Washington, Sep 11 - WASHINGTON, D.C. – A bill to promote democracy, freedom and human rights in Vietnam—“The Vietnam Human Rights Act of 2012”— authored by U.S. Congressman Chris Smith (NJ-04), was approved by the House of Representatives in a voice vote Tuesday night.
“It is imperative that the United States Government send an unequivocal message to the Vietnamese regime that it must end its human rights abuses against its own citizens,” said Smith on the floor of the House. He is a senior member of the House Foreign Affairs Committee who chairs its Subcommittee on Africa, Global Health, and Human Rights. “H.R. 1410 would institute effective measures towards improving human rights in Vietnam. As reported by the Committee on Foreign Affairs, this bill prohibits any increase in non-humanitarian assistance to the Government of Vietnam above Fiscal Year 2011 levels unless the government makes substantial progress in establishing a democracy and promoting human rights.” Click here to read Smith’s remarks.
Prime minister tells police to investigate anti-government sites and bring 'offenders' to justice
Vietnam's communist rulers have ordered a crackdown on anti-government blogs, two of which immediately pledged defiance against the one-party state.
The government does not allow freedom of expression or a free media, but has been struggling against dissent being propagated over the internet. The Communist party fears that public criticism or even honest discussion about its failings could lead to social instability and ultimately loss of power. It labels democracy and free speech activists as "terrorists".
The Security Council's latest fumble on Syria might represent the U.N.'s biggest failure of the last month, but it's hardly the only one. So as a reminder of all the little things the U.N. also gets wrong, we present the latest machinations involving a U.N. group ostensibly concerned with human rights.
Vietnam's Communist Party-led government recently blackballed a nongovernmental organization's attempt to secure accreditation to the U.N. The Khmers Kampuchea-Krom Federation, or KKF, is a small group based in New Jersey that tracks the plight of the Khmer ethnic minority in Vietnam. Mainly that involves compiling and disseminating well-respected reports of rights abuses such as Hanoi's harassment of Khmer Buddhists who refuse to join state-sanctioned religious organizations.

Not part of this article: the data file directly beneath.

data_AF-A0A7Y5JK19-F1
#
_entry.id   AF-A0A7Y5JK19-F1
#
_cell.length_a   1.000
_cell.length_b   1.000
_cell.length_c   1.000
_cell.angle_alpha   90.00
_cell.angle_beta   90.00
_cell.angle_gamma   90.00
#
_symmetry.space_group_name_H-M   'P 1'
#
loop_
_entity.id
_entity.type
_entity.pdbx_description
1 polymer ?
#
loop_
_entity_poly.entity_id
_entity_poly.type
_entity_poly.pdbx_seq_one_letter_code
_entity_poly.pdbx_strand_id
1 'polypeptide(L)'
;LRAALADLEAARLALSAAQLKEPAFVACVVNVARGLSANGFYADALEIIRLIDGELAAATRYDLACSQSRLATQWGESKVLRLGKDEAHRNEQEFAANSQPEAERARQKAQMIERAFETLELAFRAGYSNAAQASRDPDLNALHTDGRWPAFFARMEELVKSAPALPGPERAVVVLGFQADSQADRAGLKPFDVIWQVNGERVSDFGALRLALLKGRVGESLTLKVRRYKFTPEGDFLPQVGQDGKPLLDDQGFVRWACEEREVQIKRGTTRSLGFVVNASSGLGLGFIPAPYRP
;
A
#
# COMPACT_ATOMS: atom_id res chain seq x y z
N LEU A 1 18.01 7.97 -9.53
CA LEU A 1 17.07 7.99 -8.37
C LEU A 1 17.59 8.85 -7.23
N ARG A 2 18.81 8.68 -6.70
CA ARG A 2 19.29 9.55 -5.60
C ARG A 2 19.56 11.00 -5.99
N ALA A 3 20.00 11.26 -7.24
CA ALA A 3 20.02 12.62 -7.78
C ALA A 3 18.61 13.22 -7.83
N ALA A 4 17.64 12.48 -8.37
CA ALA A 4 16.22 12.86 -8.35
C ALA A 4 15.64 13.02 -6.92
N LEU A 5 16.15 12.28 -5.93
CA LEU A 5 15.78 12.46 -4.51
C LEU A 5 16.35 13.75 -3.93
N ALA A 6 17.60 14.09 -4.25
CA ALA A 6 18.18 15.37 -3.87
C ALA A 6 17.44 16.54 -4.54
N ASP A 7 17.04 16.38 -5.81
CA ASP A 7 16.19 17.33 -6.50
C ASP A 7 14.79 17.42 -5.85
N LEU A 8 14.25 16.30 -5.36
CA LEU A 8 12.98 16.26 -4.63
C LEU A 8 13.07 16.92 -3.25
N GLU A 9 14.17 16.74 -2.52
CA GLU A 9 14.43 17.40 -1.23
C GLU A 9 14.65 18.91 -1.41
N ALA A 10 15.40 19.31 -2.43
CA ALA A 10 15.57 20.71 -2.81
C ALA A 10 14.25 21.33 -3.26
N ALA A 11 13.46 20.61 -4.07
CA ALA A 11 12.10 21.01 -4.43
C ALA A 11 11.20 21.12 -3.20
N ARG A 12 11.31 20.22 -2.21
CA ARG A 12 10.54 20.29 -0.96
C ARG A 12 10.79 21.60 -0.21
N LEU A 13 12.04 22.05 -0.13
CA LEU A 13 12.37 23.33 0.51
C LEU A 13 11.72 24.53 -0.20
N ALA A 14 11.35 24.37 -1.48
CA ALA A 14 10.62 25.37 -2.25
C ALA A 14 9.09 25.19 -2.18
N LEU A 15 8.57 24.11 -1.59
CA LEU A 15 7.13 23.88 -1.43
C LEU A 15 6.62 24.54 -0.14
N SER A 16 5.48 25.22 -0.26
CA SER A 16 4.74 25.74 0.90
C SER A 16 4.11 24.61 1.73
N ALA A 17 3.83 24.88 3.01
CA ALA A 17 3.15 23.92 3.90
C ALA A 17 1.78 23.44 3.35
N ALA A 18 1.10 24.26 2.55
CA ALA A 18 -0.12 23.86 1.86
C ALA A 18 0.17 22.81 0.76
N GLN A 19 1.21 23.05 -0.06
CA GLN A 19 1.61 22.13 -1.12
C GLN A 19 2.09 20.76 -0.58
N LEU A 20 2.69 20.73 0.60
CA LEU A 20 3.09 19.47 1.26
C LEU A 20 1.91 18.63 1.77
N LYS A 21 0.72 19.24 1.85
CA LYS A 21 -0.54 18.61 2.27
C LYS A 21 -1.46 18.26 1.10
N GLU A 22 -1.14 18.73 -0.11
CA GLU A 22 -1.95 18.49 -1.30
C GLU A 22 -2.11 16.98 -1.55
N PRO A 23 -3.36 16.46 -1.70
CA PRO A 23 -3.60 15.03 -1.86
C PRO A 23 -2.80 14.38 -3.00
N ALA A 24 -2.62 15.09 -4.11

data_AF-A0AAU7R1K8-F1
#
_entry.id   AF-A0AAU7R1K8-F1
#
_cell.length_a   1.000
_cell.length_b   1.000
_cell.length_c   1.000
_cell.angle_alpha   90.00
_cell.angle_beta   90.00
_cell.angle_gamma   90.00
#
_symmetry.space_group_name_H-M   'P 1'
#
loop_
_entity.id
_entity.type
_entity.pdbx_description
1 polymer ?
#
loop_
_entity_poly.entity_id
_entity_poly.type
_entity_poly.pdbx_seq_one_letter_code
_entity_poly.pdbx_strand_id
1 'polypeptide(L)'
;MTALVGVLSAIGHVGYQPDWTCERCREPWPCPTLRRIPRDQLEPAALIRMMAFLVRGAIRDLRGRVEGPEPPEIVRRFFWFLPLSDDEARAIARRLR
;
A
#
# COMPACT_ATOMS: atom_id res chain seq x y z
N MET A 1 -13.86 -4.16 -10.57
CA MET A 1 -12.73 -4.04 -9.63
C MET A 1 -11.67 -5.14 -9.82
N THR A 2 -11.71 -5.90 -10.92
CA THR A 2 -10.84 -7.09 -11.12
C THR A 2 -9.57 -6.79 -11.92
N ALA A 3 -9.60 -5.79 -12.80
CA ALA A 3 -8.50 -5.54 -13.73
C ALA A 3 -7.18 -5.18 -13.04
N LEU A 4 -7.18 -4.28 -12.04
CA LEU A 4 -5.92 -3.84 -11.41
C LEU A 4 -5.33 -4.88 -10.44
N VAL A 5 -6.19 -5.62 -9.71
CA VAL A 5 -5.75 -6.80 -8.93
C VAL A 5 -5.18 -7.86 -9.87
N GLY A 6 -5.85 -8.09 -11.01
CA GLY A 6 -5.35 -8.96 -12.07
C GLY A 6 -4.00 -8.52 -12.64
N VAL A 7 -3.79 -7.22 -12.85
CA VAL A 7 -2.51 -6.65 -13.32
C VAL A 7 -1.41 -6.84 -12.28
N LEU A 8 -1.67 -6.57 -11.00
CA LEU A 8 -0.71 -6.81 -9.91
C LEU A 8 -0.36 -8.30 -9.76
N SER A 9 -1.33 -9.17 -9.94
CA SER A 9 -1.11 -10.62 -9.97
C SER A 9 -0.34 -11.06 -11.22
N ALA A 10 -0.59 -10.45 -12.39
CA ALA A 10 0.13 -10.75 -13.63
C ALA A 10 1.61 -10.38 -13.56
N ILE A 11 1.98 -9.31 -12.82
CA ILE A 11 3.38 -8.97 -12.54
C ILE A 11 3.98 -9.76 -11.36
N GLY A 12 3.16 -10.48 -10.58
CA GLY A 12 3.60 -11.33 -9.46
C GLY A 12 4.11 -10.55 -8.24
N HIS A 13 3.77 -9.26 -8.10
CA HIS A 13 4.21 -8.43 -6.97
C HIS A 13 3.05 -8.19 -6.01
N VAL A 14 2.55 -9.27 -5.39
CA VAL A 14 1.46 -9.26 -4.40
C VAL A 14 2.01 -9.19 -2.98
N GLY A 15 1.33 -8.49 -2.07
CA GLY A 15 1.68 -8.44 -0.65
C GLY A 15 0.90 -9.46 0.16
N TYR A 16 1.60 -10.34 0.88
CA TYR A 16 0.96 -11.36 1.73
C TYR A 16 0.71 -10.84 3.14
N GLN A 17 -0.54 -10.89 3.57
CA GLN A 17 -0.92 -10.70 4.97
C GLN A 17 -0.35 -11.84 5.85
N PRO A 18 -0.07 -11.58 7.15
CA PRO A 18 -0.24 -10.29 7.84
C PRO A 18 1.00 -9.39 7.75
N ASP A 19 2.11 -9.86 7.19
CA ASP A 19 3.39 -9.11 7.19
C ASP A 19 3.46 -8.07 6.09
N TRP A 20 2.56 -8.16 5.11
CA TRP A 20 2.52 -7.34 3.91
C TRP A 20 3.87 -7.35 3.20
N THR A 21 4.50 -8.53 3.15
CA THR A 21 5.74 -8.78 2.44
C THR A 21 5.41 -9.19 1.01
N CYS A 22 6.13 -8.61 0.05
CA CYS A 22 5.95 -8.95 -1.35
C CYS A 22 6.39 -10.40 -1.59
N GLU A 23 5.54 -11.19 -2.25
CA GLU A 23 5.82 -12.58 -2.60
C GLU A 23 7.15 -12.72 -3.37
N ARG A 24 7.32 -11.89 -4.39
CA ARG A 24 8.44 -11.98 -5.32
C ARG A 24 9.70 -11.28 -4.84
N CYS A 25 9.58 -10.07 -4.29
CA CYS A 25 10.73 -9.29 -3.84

The latest drama played out on the international stage this week, no more shocking then who are the actors involved: Vietnam versus the human rights defender Khmers Kampuchea-Krom Federation (KKF).
Flying just under the international radar for over 20 years, KKF hits the stage and received world wide support from the most powerful countries including United States and the European Union when Vietnam tries to get them kicked out of the United Nations Economic and Social Council (ECOSOC).
Posted by World Organization Against Torture
JOINT PRESS RELEASE - THE OBSERVATORY
Bangkok-Paris-Geneva, July 24, 2012. The Observatory for the Protection of Human Rights Defenders (an FIDH and OMCT joint programme) and the Vietnam Committee on Human Rights (VCHR) condemn the resolution passed by the United Nations Economic and Social Council (ECOSOC) overturning a previous decision to grant consultative status to the non-governmental human rights organisation Khmers Kampuchea-Krom Federation (KKF).
On Friday, 23 July 2004, The ECOSOC voted on a recommendation triggered by Vietnam to sanction the Transitional Radical Party (TRP) because TRP has Mr. Kok Ksor, President of Montagnards Foundation, Inc. as its member. The recommendation was rejected by a vote of the ECOSOC member states. For detail info about this case, Click here to read the article: VIETNAM'S ATTACK DEFEATED AT ECOSOC
On May 24, 2012, the Secretary of the U.S. Department of State, submitted the 2011 Country Reports on Human Rights Practices to the United States Congress.
Below is the Report regarding to the Human Rights Practices in Vietnam:
The Socialist Republic of Vietnam is an authoritarian state ruled by a single party, the Communist Party of Vietnam (CPV) led by General Secretary Nguyen Phu Trong, Prime Minister Nguyen Tan Dung, and President Truong Tan Sang. The most recent National Assembly elections, held in May, were neither free nor fair, since the CPV’s Vietnam Fatherland Front (VFF), an umbrella group that monitors the country’s mass organizations, vetted all candidates. Security forces reported to civilian authorities.
The most significant human rights problems in the country were severe government restrictions on citizens’ political rights, particularly their right to change their government; increased measures to limit citizens’ civil liberties; and corruption in the judicial system and police.
According to the Voice of Kampuchea-Krom (VOKK) broadcasted on April 19, 2012, around 3:30pm (local time) on April 19, 2012, there were eight Vietnam Mobs carried weapons to the Khmer-Krom Temple, Wat Ro, at Vinh Thuong commune, An Cu village, Tinh Bien district, An Giang province to attack the Khmer-Krom Buddhist monks. The Buddhist monks had to run to seek the Khmer-Krom villagers for help.
Most of the Indigenous Khmer-Krom Peoples are Buddhist and really respect the Buddhist monks. When they saw the Buddhist monks running to their village asking for help, all the Khmer-Krom men, women, and youths, came out to help saving the Buddhist monks from the attack. A Buddhist monk and a sixteen year old Khmer-Krom girl were injured from the attack.
Members of the Khmer minority in Vietnam recently met with State Department officials and are now looking for ways to unite with other minorities like the Hmong and Montagnards to protect themselves from persecution, a leading advocate says.